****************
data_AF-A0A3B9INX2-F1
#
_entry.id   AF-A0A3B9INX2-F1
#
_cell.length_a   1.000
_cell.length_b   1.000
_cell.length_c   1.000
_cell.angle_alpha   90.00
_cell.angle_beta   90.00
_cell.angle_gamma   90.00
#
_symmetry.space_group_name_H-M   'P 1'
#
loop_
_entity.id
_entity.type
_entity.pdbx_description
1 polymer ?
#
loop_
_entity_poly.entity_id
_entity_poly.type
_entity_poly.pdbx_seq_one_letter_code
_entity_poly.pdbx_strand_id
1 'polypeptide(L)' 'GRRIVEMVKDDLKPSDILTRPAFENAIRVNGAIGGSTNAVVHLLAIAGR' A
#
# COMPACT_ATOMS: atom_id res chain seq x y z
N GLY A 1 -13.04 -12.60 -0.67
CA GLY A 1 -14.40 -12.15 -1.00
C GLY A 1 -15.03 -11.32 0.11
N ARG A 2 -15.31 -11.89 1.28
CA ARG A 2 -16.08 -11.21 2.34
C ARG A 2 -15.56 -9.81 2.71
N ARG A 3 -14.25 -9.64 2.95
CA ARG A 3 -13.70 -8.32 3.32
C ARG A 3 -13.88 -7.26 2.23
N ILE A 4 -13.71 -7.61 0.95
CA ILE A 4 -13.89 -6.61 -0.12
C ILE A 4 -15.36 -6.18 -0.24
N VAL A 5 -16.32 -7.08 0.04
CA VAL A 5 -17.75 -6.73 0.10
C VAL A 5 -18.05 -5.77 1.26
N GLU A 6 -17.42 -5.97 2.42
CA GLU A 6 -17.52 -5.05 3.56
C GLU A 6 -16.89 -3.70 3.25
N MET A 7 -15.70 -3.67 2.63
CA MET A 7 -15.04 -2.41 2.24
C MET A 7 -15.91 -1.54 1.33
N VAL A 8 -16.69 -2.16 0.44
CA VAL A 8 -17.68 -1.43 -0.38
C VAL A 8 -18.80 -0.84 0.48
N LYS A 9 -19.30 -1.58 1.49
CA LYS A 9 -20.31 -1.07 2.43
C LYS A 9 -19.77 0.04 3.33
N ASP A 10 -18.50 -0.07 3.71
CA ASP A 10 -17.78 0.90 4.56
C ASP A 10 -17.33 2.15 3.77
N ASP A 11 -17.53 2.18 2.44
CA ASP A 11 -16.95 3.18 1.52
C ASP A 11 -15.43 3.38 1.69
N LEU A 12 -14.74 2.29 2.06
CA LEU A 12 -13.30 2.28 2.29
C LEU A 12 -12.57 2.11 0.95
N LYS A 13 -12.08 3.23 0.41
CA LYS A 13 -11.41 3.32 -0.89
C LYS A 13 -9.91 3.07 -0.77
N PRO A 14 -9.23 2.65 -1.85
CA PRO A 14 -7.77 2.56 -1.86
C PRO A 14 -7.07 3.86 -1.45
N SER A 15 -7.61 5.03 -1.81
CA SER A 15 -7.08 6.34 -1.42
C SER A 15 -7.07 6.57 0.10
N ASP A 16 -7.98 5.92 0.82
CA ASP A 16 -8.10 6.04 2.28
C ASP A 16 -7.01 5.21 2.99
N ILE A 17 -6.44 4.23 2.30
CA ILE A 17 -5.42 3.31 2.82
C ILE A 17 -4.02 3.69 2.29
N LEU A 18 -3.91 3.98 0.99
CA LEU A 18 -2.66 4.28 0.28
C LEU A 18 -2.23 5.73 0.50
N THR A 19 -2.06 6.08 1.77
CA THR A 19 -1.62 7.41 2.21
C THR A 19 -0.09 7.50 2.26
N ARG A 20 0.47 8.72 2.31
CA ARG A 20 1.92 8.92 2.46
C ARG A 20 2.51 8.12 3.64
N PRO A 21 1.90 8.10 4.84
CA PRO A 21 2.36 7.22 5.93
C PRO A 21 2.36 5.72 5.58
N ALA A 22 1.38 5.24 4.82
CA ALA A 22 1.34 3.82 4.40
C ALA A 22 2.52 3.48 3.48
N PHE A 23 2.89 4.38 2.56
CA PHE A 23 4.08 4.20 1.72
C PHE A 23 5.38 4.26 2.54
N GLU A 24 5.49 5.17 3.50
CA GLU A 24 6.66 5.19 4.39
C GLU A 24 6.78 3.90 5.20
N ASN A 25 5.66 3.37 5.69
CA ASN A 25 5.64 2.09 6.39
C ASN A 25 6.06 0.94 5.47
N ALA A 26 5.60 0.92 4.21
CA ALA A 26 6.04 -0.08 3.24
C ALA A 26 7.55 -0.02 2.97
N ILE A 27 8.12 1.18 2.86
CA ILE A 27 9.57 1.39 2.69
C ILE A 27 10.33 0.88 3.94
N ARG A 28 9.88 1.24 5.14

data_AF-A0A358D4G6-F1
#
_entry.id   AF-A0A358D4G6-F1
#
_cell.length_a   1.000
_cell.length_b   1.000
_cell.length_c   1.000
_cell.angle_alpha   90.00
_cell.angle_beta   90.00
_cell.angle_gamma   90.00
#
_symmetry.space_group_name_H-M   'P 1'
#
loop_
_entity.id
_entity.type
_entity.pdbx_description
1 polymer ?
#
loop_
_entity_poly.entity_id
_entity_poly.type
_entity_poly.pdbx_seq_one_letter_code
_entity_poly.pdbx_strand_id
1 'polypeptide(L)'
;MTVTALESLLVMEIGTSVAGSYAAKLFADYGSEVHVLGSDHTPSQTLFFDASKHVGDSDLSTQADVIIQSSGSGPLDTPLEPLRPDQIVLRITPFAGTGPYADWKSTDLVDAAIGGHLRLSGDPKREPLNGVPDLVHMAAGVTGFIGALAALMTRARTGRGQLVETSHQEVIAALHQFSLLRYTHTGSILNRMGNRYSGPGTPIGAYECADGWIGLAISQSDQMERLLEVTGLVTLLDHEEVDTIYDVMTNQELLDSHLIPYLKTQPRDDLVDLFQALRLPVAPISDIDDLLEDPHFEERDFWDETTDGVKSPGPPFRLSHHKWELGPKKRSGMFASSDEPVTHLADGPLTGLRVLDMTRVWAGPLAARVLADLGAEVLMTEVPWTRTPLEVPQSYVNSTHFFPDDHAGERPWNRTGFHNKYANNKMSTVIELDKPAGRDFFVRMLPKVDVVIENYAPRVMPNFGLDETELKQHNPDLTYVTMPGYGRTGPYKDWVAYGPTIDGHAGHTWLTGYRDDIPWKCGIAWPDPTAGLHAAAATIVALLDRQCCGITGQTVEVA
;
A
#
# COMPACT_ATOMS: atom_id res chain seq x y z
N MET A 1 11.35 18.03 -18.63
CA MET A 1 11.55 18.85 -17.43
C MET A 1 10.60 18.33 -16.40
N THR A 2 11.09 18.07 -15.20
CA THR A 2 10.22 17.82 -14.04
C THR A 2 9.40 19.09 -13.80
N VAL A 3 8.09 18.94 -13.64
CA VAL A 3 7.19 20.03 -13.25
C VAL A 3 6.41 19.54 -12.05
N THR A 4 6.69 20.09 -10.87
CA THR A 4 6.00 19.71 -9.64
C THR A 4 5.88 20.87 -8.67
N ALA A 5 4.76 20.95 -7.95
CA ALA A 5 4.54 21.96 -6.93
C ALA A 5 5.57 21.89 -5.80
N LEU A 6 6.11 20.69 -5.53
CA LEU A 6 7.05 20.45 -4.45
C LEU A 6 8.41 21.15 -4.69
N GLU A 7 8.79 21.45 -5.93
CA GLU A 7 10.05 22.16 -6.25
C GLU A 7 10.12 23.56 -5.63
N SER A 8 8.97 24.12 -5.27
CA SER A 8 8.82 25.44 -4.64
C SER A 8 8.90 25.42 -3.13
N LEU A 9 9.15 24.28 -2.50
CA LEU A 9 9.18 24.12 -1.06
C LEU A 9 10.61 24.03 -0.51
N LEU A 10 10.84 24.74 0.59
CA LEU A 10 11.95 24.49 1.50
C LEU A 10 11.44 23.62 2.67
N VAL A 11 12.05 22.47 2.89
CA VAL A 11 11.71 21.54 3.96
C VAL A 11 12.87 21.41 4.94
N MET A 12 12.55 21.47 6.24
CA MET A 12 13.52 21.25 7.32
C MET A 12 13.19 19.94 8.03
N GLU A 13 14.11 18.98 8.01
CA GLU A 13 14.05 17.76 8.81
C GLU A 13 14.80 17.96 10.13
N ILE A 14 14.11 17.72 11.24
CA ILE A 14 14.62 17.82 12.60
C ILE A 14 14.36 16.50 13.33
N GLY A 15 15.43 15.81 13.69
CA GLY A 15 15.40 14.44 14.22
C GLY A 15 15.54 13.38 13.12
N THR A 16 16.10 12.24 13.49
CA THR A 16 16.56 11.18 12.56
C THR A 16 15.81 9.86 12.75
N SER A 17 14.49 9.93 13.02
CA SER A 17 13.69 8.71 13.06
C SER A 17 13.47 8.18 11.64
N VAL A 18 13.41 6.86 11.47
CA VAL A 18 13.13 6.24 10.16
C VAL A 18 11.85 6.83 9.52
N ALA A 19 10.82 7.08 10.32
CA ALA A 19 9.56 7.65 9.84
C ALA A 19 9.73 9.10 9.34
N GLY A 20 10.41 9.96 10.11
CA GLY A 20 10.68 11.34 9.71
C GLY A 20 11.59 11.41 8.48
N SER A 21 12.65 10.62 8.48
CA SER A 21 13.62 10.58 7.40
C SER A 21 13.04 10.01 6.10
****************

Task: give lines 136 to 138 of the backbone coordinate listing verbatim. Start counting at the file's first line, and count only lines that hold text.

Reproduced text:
;
A
#